Stabilization Strategies of the Lumbar Spine in Vivo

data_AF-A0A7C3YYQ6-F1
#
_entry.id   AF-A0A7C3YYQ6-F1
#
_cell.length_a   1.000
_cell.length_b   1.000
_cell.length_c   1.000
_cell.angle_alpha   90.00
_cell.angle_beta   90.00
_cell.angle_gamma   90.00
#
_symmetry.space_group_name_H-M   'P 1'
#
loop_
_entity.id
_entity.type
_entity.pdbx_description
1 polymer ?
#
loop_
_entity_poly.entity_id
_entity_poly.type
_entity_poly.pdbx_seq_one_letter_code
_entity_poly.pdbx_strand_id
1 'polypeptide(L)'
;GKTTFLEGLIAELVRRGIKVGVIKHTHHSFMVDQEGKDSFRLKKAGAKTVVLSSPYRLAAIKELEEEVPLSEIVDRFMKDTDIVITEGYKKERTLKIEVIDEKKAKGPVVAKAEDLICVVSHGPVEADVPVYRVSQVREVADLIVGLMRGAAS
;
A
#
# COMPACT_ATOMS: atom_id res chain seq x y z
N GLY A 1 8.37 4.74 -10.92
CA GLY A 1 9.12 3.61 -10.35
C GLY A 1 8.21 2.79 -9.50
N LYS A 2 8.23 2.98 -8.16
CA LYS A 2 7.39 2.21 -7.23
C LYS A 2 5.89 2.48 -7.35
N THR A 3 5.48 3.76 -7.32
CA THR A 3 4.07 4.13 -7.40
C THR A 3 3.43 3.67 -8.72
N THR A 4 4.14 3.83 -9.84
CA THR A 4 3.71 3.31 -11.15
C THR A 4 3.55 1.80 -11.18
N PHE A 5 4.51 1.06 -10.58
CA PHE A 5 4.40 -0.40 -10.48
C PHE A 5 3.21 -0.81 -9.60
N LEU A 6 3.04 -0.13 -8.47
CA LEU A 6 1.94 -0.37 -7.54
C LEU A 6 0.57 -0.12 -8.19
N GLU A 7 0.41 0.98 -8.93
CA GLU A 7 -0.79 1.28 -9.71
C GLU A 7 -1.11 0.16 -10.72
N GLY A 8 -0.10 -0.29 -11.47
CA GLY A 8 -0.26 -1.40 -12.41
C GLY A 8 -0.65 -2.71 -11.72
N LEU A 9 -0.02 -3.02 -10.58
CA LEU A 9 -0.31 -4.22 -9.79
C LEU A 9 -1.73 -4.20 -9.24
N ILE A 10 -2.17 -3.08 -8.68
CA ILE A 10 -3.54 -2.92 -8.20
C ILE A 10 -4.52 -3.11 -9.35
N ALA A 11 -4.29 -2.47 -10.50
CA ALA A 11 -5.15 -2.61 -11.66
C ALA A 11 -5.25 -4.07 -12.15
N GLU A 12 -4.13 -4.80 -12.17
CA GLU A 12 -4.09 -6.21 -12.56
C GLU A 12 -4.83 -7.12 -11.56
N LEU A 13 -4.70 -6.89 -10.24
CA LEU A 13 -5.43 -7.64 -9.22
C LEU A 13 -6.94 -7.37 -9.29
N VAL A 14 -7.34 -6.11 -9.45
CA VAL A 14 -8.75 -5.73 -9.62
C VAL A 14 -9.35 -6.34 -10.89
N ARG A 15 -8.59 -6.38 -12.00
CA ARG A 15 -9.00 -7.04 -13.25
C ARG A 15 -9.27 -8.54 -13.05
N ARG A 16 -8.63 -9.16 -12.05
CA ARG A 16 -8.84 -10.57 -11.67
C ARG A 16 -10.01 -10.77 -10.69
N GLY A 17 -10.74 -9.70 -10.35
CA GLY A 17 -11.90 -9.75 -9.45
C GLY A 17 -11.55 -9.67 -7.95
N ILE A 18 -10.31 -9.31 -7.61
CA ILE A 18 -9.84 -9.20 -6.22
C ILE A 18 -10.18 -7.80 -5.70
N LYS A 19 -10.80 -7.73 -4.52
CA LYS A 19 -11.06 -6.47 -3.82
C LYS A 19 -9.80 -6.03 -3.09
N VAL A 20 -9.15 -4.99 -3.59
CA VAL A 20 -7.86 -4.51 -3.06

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In developing a method of quantifying stability in the lumbar spine Cholewicki and McGill (1996) have also broached the notion of sufficient stability, where too much stiffness (and stability) would hinder motion. Thus people highly skilled at maintaining stability may use different and optimal strategies, where <i>sufficient</i> stability is maintained. The purpose of this work was to explore the contributors to <i>sufficient</i> stability, how they coordinate and relate to injury mechanisms. This work represents a cascade of investigations where. 1) To explore the balance of various sources of stiffness and their effect on the critical load and post-buckling behaviour, simulations were undertaken where the buckled configuration of the spine was predicted and its stability in this new configuration was assessed. 2) The various sources of stiffness contributing to stability in the lumbar spine have been in some cases found to be deficient. The question of how these deficiencies place individuals at risk of instability, if at all, remains unresolved. A challenged breathing task was used to determine if there was a difference in stabilizing potential between healthy individuals and low back pain sufferers. Given that differences in stabilizing potential are apparent, several tasks which included a predetermined motor strategy, such as 3)pressurizing the abdomen and 4) abdominal hollowing vs. muscle bracing, were evaluated to determine if individuals can utilize motor strategies to augment stability. The stabilizing potential of abdominal pressure (IAP) and its interaction with muscle activation was evaluated. Some individuals are more skilled at stabilizing their lumbar spine than others. Some consciously controlled motor strategies are better stabilizers than others. These strategies highlight the relative contributions of various components (posture, passive tissue, muscle activation, and load) in that no single muscle dominates stability and IAP appears to augment stability beyond muscle activation alone. The margin of safety is considerable and depends on the task at hand, but it is possible to speculate on which tissues are at greatest risk of injury.